The UK should be preparing for a bird flu pandemic amid concerns the virus could jump to humans, a leading public health expert has warned.
Professor Devi Sridhar, chair of global public health at Edinburgh University, said it is too early to say what will cause the next outbreak.
But there are ‘signals’ that there is a pattern emerging in avian flu’s mutations, which means it could take off among humans at ‘some point’, according to the researcher, who advised the Scottish Government during the Covid crisis.
She called for the nation ‘to prepare’ to avoid a high death toll and disruptive restrictions which brought the country to a halt during the coronavirus pandemic.
The ongoing UK bird flu outbreak — caused by the H5N1 strain — has seen up to one million birds struck down by the virus, with experts fearing it is on the brink of spreading among people.
Four British poultry workers have already tested positive for the strain this year. The virus is usually picked up through close contact with an infected bird.
Professor Devi Sridhar, chair of global public health at Edinburgh University, said it is too early to say what will cause the next outbreak
The ongoing UK bird flu outbreak — caused by the H5N1 strain — has seen up to one million birds struck down by the virus, with experts fearing it is on the brink of spreading among people
Professor Sridhar, who has written a book called Preventable: How a Pandemic Changed the World and How to Stop the Next One, was yesterday asked about future outbreaks when she appeared at the Edinburgh International Book Festival.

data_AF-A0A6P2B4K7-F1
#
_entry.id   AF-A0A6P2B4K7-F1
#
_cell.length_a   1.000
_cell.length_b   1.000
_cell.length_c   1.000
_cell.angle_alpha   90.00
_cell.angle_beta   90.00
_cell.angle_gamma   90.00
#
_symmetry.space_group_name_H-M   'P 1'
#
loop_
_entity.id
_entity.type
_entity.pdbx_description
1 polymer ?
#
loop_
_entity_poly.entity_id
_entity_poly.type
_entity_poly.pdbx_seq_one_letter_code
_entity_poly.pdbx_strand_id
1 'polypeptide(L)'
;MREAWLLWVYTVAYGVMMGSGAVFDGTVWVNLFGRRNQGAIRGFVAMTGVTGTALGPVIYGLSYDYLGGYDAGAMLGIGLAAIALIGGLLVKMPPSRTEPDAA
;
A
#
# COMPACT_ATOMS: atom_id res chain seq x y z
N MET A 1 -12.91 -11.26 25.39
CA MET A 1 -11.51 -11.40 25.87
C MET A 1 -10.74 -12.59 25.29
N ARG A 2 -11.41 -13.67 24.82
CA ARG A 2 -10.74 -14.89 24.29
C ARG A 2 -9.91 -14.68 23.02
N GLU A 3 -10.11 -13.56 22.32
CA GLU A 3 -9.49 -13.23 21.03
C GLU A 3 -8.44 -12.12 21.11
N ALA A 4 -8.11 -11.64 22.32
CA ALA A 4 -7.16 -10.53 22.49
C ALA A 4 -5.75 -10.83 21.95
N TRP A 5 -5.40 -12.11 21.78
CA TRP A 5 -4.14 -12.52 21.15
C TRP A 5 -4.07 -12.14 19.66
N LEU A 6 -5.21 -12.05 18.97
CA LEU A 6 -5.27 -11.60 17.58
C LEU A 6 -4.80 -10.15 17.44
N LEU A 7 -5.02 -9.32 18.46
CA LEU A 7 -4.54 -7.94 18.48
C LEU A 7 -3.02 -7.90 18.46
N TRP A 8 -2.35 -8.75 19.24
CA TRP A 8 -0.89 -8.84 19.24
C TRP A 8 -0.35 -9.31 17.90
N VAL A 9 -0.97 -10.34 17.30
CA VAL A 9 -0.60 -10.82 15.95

She said: ‘In terms of the next one, we can’t say what it is but there are signals.’
Professor Sridhar added: ‘We have enough signals to say there is a pattern emerging and that pattern isn’t good in terms of the range of mutations we’re seeing and it jumping into humans at some point, or other mammals that make the jump easier into humans.
‘So we have to prepare — to avoid what happened, which was a tragedy for lives lost but also the restrictions put in place which harmed, as well, many people in terms of their livelihoods, mental health.’
She said she wrote her book ‘partly for closure for me of what was a very difficult couple of years for the whole world’ but also to capture the experience.
After the 1918 flu pandemic, she said that there had not been ‘much written afterwards’, saying that ‘people just wanted to move forward’.
But she had written her book on the coronavirus outbreak because she ‘thought before we move forward we need to remember and capture that’.
However, she said that time has been ‘wasted’ during Covid with Government leaders and health experts debating if action was necessary.
She said: ‘I felt we wasted so much time in circles debating, “is the fatality rate 1 per cent or 3 per cent or 0.1 per cent”, instead of actually working together and saying, “how do we contain this until we have vaccines, antivirals (and) doctors understand more about this disease”.’
Professor Sridhar added: ‘We spent a lot of debating is Covid worse than the restrictions — they’re both bad.
A National Trust ranger clears dead birds from Staple Island, Northumberland, in July
The new cases come after Alan Gosling (pictured), a retired engineer in Devon, caught the virus after his ducks, some of which lived inside his home, became infected in 2022
UK scientists tasked with developing ‘scenarios of early human transmission’ of bird flu have warned that 5 per cent of infected people could die if the virus took off in humans (shown under scenario three). Under another scenario, the scientists assumed 1 per cent of those infected would be hospitalised and 0.25 per cent would die — similar to how deadly Covid was in autumn 2021 (scenario one). The other saw a death rate of 2.5 per cent (scenario two)
‘The question is how the next time do we reduce the lives lost and the impositions put on people’s lives, and the cost to the economy and mental health, that should be where we’re at.’